Contacted for comment on Thursday, Namibia’s Permanent Secretary in the Ministry of Fisheries and Marine Resources, Nangula Mbako said: “We are still waiting for the results. As soon as we know we will issue a press statement that will benefit all stakeholders. Just be patient.”
Scientists and fish experts who spoke to The Southern Times this week expressed dismay at the lack of a co-ordinated response to the outbreak and challenged countries that share the Zambezi to walk their talk on regional integration and cooperation.
“This is a disgrace (that officials in countries along the Zambezi have not united in response to the outbreak). This is not something happening in an isolated fish pond. We claim to be highly educated yet we are not working together! As a result, solvable problems become a mammoth task and degenerate into a crisis. How ironic!” said one scientist on condition of anonymity.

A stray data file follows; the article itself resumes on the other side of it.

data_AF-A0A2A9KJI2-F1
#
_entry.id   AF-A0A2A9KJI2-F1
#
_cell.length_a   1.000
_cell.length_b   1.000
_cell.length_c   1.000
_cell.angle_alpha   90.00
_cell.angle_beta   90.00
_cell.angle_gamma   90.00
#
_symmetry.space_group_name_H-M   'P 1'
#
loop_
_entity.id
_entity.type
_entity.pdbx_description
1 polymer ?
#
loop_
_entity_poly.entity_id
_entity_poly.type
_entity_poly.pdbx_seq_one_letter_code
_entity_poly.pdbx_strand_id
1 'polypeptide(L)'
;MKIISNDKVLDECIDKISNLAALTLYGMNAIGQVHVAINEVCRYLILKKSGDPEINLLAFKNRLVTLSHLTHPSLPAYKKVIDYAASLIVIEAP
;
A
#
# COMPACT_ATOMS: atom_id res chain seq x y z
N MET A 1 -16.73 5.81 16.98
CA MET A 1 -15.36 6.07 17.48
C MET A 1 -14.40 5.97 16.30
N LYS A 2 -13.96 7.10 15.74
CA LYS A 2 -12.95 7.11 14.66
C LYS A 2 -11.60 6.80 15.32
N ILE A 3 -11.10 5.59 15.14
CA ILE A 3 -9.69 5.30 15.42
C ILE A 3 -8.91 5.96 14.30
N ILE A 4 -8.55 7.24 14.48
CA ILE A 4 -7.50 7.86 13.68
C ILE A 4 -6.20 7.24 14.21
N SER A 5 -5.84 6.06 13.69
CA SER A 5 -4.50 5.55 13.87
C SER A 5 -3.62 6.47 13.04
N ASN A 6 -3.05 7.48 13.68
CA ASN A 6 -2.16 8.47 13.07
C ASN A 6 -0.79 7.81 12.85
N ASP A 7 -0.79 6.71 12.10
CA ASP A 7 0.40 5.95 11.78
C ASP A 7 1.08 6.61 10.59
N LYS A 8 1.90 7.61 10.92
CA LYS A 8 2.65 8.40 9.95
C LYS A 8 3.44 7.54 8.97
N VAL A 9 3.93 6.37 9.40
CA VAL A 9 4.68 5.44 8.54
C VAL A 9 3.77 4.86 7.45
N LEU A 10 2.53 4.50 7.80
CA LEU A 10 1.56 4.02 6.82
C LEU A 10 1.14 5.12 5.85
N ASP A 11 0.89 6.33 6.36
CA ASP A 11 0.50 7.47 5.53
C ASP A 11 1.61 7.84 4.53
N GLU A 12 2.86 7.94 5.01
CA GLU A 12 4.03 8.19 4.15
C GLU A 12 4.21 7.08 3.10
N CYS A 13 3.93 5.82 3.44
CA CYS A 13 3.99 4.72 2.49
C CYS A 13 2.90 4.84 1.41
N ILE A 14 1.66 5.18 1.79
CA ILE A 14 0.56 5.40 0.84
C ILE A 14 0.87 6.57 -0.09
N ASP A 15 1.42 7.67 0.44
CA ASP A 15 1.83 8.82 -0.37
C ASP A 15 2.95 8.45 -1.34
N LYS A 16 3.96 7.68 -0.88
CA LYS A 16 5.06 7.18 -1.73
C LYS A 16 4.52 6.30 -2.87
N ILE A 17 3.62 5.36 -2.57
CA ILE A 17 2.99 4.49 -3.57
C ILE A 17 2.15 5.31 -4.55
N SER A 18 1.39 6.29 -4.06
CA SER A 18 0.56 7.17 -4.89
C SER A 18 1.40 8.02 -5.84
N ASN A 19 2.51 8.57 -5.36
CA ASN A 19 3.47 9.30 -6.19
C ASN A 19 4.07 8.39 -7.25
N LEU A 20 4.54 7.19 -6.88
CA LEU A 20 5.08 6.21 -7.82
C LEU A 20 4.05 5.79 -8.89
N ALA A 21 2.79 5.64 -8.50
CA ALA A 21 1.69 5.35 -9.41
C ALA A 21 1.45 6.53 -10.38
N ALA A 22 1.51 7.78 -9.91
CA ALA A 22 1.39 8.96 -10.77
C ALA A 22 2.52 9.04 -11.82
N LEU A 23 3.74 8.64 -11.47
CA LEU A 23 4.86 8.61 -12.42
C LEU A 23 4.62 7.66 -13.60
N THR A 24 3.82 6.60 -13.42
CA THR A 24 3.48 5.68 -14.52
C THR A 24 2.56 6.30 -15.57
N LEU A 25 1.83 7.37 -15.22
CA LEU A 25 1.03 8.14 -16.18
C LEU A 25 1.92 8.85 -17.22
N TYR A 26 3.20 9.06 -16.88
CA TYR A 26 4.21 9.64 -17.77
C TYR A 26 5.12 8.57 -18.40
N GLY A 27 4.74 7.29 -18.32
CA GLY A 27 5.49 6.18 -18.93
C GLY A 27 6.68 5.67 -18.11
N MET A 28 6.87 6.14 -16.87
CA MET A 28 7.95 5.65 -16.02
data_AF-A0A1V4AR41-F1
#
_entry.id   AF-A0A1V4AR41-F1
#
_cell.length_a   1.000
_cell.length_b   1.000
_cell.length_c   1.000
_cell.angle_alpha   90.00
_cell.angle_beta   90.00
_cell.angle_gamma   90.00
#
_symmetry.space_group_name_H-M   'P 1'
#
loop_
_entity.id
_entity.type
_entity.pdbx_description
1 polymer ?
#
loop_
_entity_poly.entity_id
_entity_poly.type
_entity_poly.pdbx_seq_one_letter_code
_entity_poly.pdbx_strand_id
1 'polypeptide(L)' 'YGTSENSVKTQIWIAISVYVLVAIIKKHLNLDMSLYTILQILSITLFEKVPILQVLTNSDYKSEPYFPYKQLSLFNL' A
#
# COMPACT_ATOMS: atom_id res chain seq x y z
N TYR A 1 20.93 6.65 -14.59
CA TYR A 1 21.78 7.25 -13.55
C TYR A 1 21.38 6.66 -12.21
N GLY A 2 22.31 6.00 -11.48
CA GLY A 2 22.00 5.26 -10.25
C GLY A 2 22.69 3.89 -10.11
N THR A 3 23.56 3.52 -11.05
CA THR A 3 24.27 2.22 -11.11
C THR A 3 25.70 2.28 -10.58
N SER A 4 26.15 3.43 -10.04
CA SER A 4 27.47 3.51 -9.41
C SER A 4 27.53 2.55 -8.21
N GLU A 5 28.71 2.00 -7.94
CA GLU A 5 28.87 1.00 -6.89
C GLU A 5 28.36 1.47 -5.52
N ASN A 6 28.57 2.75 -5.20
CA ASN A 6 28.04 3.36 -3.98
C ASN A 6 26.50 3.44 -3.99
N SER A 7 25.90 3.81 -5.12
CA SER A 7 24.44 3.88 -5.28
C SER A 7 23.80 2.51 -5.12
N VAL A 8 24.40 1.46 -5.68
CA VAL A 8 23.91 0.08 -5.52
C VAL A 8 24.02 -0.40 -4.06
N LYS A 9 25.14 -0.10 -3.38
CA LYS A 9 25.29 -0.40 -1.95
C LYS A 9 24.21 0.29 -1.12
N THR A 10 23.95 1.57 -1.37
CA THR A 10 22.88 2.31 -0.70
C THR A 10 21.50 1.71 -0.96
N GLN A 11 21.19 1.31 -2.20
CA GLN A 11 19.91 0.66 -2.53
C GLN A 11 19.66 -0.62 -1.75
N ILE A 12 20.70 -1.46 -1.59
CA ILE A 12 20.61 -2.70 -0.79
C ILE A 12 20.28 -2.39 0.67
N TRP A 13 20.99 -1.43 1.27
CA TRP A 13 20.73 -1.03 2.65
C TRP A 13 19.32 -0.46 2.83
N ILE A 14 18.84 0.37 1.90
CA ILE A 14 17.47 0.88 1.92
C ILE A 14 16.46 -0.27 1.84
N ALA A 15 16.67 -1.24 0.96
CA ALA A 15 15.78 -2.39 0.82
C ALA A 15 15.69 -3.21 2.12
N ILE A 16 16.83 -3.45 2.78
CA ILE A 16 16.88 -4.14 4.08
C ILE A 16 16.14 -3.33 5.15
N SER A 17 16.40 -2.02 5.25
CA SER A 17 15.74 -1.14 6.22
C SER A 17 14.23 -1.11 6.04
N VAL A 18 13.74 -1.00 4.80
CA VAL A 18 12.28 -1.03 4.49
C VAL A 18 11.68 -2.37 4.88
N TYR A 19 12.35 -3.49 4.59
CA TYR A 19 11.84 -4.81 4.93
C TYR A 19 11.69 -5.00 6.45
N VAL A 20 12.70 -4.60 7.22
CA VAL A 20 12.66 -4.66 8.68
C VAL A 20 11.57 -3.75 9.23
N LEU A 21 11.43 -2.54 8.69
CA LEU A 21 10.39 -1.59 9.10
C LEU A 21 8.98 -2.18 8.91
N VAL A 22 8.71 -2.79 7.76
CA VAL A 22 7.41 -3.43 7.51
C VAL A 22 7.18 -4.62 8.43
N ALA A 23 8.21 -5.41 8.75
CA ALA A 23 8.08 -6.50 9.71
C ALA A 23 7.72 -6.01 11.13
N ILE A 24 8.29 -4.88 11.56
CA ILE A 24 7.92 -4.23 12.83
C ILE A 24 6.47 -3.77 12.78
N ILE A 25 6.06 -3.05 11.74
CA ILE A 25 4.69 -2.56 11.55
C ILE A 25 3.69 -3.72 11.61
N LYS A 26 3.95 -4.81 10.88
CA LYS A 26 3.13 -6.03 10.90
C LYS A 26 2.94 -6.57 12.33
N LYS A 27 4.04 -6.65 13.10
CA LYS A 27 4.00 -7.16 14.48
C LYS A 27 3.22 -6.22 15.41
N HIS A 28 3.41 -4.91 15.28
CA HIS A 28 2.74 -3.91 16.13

Another scientist said: “I hope governments will work to protect the people through the responsible ministries in the meantime. This development has caused panic among people who live on the fish resources along the Zambezi. There is a need to reassure the public. To just keep quiet, is not the best option for anybody.”
Dr Percy Chimwamurombe, an ecologist, said there was need for urgent proper and co-ordinated research to establish what has gone wrong.
“My view is that people must abstain from eating fish until experts have established the cause and source of this infestation.
I love fish, but after seeing these pictures, it would take a lot of courage or foolishness – or both – to eat fish from the Zambezi before I know what is going on,” he said.